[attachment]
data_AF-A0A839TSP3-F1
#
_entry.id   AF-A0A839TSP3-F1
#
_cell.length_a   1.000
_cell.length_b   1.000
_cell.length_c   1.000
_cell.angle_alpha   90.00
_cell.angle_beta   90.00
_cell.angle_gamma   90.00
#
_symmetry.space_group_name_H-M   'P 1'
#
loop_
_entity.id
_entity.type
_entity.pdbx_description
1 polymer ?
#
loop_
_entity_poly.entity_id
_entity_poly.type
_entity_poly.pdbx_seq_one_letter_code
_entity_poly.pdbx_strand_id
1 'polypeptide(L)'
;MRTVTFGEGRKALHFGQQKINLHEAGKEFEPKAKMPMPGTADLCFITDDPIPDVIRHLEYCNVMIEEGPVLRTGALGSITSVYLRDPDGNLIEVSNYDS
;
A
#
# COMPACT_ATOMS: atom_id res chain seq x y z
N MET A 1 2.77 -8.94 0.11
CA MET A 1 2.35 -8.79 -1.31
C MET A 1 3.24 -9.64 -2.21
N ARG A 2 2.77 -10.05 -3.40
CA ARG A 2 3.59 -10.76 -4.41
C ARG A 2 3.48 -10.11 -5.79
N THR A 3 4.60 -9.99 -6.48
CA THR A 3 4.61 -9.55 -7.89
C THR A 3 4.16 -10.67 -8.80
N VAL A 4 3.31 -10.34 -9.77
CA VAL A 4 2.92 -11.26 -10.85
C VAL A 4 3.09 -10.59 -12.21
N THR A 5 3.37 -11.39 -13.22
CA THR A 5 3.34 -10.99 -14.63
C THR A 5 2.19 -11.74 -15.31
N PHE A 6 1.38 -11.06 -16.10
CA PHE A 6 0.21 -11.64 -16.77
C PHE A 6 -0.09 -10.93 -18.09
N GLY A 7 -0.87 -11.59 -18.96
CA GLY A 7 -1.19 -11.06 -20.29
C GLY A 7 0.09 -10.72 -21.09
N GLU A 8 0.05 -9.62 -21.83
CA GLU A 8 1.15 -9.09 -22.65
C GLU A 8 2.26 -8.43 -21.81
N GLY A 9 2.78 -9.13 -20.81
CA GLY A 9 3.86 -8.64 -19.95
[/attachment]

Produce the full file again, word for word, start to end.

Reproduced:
data_AF-A0A839TSP3-F1
#
_entry.id   AF-A0A839TSP3-F1
#
_cell.length_a   1.000
_cell.length_b   1.000
_cell.length_c   1.000
_cell.angle_alpha   90.00
_cell.angle_beta   90.00
_cell.angle_gamma   90.00
#
_symmetry.space_group_name_H-M   'P 1'
#
loop_
_entity.id
_entity.type
_entity.pdbx_description
1 polymer ?
#
loop_
_entity_poly.entity_id
_entity_poly.type
_entity_poly.pdbx_seq_one_letter_code
_entity_poly.pdbx_strand_id
1 'polypeptide(L)'
;MRTVTFGEGRKALHFGQQKINLHEAGKEFEPKAKMPMPGTADLCFITDDPIPDVIRHLEYCNVMIEEGPVLRTGALGSITSVYLRDPDGNLIEVSNYDS
;
A
#
# COMPACT_ATOMS: atom_id res chain seq x y z
N MET A 1 2.77 -8.94 0.11
CA MET A 1 2.35 -8.79 -1.31
C MET A 1 3.24 -9.64 -2.21
N ARG A 2 2.77 -10.05 -3.40
CA ARG A 2 3.59 -10.76 -4.41
C ARG A 2 3.48 -10.11 -5.79
N THR A 3 4.60 -9.99 -6.48
CA THR A 3 4.61 -9.55 -7.89
C THR A 3 4.16 -10.67 -8.80
N VAL A 4 3.31 -10.34 -9.77
CA VAL A 4 2.92 -11.26 -10.85
C VAL A 4 3.09 -10.59 -12.21
N THR A 5 3.37 -11.39 -13.22
CA THR A 5 3.34 -10.99 -14.63
C THR A 5 2.19 -11.74 -15.31
N PHE A 6 1.38 -11.06 -16.10
CA PHE A 6 0.21 -11.64 -16.77
C PHE A 6 -0.09 -10.93 -18.09
N GLY A 7 -0.87 -11.59 -18.96
CA GLY A 7 -1.19 -11.06 -20.29
C GLY A 7 0.09 -10.72 -21.09
N GLU A 8 0.05 -9.62 -21.83
CA GLU A 8 1.15 -9.09 -22.65
C GLU A 8 2.26 -8.43 -21.81
N GLY A 9 2.78 -9.13 -20.81
CA GLY A 9 3.86 -8.64 -19.95